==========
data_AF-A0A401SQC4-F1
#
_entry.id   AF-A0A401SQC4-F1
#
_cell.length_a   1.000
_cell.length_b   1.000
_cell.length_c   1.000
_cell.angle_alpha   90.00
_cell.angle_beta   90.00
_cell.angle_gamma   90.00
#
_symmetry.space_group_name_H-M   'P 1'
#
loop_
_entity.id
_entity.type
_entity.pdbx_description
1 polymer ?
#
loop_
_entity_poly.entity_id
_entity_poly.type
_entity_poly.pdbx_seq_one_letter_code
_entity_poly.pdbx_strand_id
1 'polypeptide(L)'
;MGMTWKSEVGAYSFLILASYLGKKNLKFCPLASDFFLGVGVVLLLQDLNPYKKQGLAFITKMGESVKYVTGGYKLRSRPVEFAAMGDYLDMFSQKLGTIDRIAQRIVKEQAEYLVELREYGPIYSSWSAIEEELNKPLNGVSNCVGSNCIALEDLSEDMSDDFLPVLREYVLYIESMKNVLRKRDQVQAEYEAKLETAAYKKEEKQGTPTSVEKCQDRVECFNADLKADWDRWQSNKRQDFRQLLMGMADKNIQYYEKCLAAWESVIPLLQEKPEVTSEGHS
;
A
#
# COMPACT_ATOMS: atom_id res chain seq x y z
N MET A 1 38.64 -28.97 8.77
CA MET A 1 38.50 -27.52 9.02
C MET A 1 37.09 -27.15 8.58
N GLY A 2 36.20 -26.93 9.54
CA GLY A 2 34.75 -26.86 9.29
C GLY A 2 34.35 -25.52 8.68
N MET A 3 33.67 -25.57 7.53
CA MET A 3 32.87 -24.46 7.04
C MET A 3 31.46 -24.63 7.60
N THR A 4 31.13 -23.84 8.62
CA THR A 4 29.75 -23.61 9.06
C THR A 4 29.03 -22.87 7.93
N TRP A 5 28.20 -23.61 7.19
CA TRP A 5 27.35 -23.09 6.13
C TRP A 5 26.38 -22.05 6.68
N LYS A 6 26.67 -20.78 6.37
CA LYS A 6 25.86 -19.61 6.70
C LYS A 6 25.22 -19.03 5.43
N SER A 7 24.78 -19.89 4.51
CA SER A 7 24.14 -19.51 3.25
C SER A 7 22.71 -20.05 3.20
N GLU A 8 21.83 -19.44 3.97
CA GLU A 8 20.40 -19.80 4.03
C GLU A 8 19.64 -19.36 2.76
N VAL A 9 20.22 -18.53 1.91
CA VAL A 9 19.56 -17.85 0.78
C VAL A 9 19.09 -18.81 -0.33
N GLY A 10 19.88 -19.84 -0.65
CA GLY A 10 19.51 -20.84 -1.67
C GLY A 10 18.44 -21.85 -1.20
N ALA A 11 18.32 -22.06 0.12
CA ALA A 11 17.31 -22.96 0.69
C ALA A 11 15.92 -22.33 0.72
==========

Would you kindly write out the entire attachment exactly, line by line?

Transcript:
data_AF-A0A401SQC4-F1
#
_entry.id   AF-A0A401SQC4-F1
#
_cell.length_a   1.000
_cell.length_b   1.000
_cell.length_c   1.000
_cell.angle_alpha   90.00
_cell.angle_beta   90.00
_cell.angle_gamma   90.00
#
_symmetry.space_group_name_H-M   'P 1'
#
loop_
_entity.id
_entity.type
_entity.pdbx_description
1 polymer ?
#
loop_
_entity_poly.entity_id
_entity_poly.type
_entity_poly.pdbx_seq_one_letter_code
_entity_poly.pdbx_strand_id
1 'polypeptide(L)'
;MGMTWKSEVGAYSFLILASYLGKKNLKFCPLASDFFLGVGVVLLLQDLNPYKKQGLAFITKMGESVKYVTGGYKLRSRPVEFAAMGDYLDMFSQKLGTIDRIAQRIVKEQAEYLVELREYGPIYSSWSAIEEELNKPLNGVSNCVGSNCIALEDLSEDMSDDFLPVLREYVLYIESMKNVLRKRDQVQAEYEAKLETAAYKKEEKQGTPTSVEKCQDRVECFNADLKADWDRWQSNKRQDFRQLLMGMADKNIQYYEKCLAAWESVIPLLQEKPEVTSEGHS
;
A
#
# COMPACT_ATOMS: atom_id res chain seq x y z
N MET A 1 38.64 -28.97 8.77
CA MET A 1 38.50 -27.52 9.02
C MET A 1 37.09 -27.15 8.58
N GLY A 2 36.20 -26.93 9.54
CA GLY A 2 34.75 -26.86 9.29
C GLY A 2 34.35 -25.52 8.68
N MET A 3 33.67 -25.57 7.53
CA MET A 3 32.87 -24.46 7.04
C MET A 3 31.46 -24.63 7.60
N THR A 4 31.13 -23.84 8.62
CA THR A 4 29.75 -23.61 9.06
C THR A 4 29.03 -22.87 7.93
N TRP A 5 28.20 -23.61 7.19
CA TRP A 5 27.35 -23.09 6.13
C TRP A 5 26.38 -22.05 6.68
N LYS A 6 26.67 -20.78 6.37
CA LYS A 6 25.86 -19.61 6.70
C LYS A 6 25.22 -19.03 5.43
N SER A 7 24.78 -19.89 4.51
CA SER A 7 24.14 -19.51 3.25
C SER A 7 22.71 -20.05 3.20
N GLU A 8 21.83 -19.44 3.97
CA GLU A 8 20.40 -19.80 4.03
C GLU A 8 19.64 -19.36 2.76
N VAL A 9 20.22 -18.53 1.91
CA VAL A 9 19.56 -17.85 0.78
C VAL A 9 19.09 -18.81 -0.33
N GLY A 10 19.88 -19.84 -0.65
CA GLY A 10 19.51 -20.84 -1.67
C GLY A 10 18.44 -21.85 -1.20
N ALA A 11 18.32 -22.06 0.12
CA ALA A 11 17.31 -22.96 0.69
C ALA A 11 15.92 -22.33 0.72